I sleep in and feel again that I have failed the goats. I send them abundant compassion from a distance.

Dish gods, I am present.

I ride a borrowed green bike in the direction of town to the local market, one that seems the most authentically native of all thus visited so far. The market is filled with practical items, cleaning supplies, plastic containers, bamboo rice steamers and other assorted local cookware, basic clothing such as t-shirts and socks, the tailor stands where women sew on machines traditional Lao silk skirts, fruits, vegetables, noodles of all different varieties, regular, sticky, and black rice sold in big heaps by the kilo, banana leaves for salad, dried spices and fresh herbs. I run into the loving Aussie sister who is perusing the outdoor aisles with her sister-in-law who is visiting Laos for the first time. We decide to purchase some gifts for the very pregnant chef at the farm to throw her an impromptu Western baby shower. I find the cutest little cotton booties and hat set for the unknown gendered child.

At another stand I purchase a bag of the ubiquitous sticky rice, warm and ready for snacking on the road as I continue cycling toward the town. Sticky rice for breakfast is the Lao version of a bagel, it sits in the equivalent fashion in ones belly. All day long.

Vang Vieng is tiny, about two blocks in total, with countless restaurants featuring Friends episodes and beer bucket deals and even some that offer “special” mushroom pizza and brownies. Mediocre hostels with young hung-over patrons munching on banana (and nutella) pancakes and fruit shakes, convenience stores with odd junk like plastic wallets and sun tan lotion, and travel agencies selling bus tickets to various destinations as well tube rentals to float down the river complete the offerings. There is one bakery with decent wifi and western cookies, a foreign sight in a country that doesn’t really consume butter. I sit and lounge for a bit before purchasing a bunch of the exotic treats for my fellow kitchen staff. I would have baked them some cookies from scratch but without an oven in kitchen it makes it quite challenging. The butter used to make the cookies at this one bakery was probably imported from Thailand. Three cookies cost the same price as a night in the dorm.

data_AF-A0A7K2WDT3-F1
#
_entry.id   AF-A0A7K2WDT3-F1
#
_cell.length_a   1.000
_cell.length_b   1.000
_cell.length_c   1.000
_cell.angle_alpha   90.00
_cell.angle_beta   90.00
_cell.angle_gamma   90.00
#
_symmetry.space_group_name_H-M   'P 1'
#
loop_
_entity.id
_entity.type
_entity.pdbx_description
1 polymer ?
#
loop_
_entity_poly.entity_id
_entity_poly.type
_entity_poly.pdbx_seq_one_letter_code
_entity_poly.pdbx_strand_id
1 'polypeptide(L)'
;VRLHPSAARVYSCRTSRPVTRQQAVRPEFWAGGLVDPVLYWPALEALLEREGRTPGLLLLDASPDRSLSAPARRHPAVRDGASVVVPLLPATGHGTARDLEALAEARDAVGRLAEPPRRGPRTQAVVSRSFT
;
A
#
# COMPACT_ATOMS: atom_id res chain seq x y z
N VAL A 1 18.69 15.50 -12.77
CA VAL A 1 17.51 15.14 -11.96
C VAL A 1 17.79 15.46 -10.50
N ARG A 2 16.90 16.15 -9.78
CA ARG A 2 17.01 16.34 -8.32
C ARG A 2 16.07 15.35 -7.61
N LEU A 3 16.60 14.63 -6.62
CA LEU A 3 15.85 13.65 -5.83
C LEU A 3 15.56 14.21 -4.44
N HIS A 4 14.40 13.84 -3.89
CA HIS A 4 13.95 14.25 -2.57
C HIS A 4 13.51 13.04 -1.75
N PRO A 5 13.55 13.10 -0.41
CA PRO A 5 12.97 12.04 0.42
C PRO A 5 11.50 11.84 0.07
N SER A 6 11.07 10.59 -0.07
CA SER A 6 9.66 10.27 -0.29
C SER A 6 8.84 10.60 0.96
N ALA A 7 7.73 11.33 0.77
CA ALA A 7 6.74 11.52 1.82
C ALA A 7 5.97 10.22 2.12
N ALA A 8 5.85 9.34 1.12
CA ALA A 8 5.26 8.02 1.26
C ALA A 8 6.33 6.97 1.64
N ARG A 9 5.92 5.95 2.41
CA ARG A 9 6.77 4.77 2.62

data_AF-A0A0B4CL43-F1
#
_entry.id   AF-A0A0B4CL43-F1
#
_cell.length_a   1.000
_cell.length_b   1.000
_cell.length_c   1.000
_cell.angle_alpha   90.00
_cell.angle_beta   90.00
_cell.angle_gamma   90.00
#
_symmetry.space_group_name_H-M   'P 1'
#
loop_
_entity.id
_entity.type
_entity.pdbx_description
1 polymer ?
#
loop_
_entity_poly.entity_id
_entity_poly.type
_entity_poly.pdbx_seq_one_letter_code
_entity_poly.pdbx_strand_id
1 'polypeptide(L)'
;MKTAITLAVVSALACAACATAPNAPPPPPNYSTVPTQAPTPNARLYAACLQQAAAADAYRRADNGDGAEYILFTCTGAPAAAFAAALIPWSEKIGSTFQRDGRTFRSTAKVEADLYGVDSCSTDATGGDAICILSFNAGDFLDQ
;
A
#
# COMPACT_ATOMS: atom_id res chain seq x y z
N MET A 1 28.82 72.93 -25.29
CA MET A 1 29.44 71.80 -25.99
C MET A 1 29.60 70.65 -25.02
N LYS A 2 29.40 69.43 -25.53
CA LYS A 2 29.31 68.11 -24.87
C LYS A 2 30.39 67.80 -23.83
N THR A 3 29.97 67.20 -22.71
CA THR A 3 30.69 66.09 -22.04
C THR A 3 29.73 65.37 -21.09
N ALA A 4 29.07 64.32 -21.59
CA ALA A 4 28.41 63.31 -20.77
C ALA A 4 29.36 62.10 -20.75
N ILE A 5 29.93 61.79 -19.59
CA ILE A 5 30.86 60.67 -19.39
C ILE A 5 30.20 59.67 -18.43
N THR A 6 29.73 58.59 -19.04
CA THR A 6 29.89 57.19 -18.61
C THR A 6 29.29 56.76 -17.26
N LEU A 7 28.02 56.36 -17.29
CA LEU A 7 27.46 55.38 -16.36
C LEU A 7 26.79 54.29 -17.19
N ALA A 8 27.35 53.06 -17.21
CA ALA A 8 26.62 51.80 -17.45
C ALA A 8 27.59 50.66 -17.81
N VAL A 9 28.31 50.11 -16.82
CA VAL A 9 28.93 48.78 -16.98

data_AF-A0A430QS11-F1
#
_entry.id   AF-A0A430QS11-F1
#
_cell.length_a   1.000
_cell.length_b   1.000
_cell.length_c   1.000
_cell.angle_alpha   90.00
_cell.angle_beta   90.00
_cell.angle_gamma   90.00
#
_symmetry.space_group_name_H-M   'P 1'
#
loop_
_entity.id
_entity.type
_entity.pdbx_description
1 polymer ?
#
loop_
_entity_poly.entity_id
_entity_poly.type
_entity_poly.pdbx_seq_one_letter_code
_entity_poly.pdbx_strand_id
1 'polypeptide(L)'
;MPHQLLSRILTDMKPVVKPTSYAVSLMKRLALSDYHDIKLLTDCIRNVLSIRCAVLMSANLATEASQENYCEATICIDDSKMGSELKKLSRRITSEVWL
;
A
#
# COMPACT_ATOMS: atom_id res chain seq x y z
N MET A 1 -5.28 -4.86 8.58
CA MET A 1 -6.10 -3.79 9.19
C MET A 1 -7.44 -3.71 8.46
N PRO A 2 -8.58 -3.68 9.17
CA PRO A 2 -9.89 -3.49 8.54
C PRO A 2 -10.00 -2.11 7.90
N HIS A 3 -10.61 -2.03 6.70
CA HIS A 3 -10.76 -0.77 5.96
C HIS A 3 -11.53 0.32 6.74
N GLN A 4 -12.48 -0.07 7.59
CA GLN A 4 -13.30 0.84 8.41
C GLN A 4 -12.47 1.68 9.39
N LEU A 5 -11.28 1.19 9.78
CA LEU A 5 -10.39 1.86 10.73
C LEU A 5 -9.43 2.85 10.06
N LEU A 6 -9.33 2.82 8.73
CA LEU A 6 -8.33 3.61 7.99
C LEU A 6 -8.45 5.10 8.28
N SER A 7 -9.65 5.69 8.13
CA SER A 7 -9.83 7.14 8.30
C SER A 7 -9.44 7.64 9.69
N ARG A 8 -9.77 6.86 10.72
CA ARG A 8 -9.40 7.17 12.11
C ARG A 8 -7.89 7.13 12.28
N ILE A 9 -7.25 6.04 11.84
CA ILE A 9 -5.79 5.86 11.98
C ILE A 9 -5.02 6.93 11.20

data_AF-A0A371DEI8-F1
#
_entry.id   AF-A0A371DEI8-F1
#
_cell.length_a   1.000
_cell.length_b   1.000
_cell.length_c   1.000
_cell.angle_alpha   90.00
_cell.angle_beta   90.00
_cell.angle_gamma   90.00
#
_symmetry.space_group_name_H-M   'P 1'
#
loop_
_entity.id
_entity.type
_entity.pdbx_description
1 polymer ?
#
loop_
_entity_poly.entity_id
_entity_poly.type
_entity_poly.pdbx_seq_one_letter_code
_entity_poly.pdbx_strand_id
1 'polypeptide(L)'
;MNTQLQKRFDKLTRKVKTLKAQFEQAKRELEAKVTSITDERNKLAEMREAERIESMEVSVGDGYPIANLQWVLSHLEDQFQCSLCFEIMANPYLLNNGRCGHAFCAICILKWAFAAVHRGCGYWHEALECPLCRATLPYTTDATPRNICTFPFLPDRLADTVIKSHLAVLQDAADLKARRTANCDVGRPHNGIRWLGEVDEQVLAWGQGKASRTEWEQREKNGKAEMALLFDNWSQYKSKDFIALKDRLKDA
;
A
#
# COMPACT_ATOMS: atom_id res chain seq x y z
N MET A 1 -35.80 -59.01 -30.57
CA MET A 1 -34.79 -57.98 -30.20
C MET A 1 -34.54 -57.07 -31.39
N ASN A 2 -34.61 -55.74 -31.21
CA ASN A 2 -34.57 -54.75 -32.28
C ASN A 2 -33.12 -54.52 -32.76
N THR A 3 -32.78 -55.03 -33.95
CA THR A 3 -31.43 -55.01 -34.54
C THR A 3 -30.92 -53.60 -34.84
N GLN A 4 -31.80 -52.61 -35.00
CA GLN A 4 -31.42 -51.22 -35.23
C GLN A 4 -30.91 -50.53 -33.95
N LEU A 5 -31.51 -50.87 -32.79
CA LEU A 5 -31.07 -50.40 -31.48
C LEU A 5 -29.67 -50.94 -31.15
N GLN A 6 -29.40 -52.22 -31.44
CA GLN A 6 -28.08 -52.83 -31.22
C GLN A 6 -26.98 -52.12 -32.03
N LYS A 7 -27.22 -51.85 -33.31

The chocolate snacks are much appreciated before I head to the nearby youth center for Saturday afternoon dancing. The kids teach us various routines, we seem to grab hold of some of the modern sequences but the traditional Lao dances are beyond are skill. I am paired with a 17 year old guy who blushes as we move in a line. The Lao movements are sincerely beautiful, the girls rolling their hands and shuffling the floor like ancient goddesses. It is all too fun.  We do the Macarena. Twice.

I am invited to the Aussie ladies home for dinner although I politely decline for there is intention to teach group yoga again. The yoga doesn’t occur but family farm dinner is delightful as usual, more fresh spring rolls with spicy pineapple sauce, green curry with fragrant yellow peppers, vegetable soup with ginger slices, curious mushrooms, and fat pieces of okra, sticky rice, sticky rice, sticky rice. There is even mango sticky rice for dessert. We all share, we enlighten, we pass the evening with grace. Some members have left the tribe for other destinations and new participants have arrived. The flavor is still international and full of love.

Thank you to all who have planted, picked, purchased, and prepared our food. Gratitude to the sun and of course to the water.

We are fortunate, always.

“A true yogi may remain dutifully in the world; there he is like butter on water, and not like the unchurned, easily diluted milk of undisciplined humanity. Fulfilling one’s earthly responsibilities need not separate man from God, provided he maintains mental uninvolvement with egotistical desires and plays his part in life as a willing instrument of the Divine.” –Paramahansa Yoganada

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